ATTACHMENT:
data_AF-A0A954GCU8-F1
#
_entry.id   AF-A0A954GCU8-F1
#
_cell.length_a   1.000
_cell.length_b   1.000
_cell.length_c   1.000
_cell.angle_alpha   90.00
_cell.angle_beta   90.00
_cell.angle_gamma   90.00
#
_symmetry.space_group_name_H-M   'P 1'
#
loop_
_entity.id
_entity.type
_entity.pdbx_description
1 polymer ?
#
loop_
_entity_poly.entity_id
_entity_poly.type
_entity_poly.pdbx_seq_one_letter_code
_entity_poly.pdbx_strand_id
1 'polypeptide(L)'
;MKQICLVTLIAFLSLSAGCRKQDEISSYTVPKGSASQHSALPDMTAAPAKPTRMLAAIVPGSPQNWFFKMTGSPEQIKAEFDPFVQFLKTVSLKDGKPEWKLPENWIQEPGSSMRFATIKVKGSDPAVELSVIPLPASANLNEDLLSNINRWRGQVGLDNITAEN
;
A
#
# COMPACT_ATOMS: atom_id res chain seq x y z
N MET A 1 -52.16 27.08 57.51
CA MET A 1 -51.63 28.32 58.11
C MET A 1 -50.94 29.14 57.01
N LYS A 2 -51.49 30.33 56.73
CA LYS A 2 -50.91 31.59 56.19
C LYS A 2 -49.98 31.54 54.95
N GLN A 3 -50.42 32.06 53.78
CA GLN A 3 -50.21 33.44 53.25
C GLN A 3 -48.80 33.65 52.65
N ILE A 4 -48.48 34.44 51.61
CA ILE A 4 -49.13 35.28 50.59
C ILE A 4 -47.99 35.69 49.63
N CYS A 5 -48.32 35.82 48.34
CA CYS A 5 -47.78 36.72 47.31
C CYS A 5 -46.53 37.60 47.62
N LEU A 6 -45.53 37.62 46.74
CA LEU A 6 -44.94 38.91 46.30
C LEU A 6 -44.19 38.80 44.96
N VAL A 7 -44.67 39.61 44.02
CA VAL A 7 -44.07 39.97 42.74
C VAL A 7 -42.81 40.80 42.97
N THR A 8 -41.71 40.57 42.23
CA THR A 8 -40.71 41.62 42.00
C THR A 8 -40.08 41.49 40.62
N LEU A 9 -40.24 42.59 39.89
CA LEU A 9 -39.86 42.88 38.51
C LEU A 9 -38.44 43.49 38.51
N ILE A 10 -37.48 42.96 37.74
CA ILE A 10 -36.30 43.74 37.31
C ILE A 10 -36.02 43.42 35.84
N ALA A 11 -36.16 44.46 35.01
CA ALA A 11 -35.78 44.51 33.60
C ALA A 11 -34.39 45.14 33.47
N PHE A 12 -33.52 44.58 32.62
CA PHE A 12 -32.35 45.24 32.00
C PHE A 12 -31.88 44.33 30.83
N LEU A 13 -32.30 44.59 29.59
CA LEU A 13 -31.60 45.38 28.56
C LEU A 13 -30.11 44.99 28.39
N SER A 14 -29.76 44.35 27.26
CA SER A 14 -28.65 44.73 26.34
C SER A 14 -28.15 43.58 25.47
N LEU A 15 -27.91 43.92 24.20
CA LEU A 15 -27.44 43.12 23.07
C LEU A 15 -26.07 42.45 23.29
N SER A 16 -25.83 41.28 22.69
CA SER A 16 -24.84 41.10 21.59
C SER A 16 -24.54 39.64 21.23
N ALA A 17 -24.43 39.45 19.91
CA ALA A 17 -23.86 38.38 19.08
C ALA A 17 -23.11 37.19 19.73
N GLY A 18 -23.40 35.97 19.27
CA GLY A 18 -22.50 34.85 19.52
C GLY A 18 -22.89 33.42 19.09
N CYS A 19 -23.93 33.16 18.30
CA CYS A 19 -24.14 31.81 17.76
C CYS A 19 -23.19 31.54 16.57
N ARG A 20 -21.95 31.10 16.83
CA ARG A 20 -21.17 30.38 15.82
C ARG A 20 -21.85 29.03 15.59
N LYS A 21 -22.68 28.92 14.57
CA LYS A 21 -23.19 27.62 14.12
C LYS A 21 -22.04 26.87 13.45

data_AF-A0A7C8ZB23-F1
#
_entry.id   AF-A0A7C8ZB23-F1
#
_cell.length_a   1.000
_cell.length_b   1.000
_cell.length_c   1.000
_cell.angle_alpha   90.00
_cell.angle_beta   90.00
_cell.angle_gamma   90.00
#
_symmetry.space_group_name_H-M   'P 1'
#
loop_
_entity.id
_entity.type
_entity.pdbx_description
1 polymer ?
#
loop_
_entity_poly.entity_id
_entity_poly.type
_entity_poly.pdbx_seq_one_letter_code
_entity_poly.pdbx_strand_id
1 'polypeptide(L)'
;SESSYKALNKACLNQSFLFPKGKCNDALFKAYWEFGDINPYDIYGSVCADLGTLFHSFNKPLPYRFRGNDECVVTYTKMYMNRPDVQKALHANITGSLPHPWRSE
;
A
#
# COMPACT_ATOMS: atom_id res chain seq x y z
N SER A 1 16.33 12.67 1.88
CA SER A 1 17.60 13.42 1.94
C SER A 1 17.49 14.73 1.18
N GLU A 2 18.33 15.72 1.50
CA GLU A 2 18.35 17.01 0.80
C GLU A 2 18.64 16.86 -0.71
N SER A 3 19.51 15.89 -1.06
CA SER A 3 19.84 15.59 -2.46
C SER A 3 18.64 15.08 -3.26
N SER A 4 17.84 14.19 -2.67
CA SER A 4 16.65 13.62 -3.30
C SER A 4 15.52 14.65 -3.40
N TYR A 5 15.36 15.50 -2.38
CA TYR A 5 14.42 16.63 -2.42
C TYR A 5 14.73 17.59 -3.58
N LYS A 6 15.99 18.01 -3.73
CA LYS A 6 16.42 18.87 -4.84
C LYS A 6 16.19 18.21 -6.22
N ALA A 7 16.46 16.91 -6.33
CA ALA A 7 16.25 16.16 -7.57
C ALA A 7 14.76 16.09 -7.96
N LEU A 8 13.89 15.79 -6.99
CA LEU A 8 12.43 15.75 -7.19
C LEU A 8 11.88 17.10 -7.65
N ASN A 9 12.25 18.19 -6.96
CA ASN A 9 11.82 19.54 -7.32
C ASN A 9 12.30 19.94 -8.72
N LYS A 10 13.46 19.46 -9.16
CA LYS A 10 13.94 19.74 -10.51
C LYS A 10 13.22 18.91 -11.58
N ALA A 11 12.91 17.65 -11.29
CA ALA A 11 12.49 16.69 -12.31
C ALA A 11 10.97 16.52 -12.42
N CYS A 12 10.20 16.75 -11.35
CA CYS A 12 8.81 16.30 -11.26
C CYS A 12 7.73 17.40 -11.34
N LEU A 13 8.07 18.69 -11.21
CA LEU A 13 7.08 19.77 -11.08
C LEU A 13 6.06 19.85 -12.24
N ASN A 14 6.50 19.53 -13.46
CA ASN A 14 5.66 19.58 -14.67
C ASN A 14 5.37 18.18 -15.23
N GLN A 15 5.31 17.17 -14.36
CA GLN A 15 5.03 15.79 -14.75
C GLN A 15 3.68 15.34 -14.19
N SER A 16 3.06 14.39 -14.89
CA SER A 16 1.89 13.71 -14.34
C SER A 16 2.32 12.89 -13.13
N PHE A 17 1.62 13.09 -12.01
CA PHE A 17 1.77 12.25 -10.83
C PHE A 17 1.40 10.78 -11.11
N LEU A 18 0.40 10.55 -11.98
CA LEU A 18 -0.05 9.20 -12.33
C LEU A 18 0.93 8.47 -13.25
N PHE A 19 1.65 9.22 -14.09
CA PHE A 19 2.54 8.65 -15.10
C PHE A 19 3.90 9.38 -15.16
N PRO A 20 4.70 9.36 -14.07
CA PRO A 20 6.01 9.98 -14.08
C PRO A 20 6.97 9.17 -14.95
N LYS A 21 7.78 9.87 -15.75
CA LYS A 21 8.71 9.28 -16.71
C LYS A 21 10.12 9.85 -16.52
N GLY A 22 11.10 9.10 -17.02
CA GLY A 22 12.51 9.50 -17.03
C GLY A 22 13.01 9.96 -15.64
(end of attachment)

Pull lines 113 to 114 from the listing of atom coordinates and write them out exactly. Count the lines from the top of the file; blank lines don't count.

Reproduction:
loop_
_entity_poly.entity_id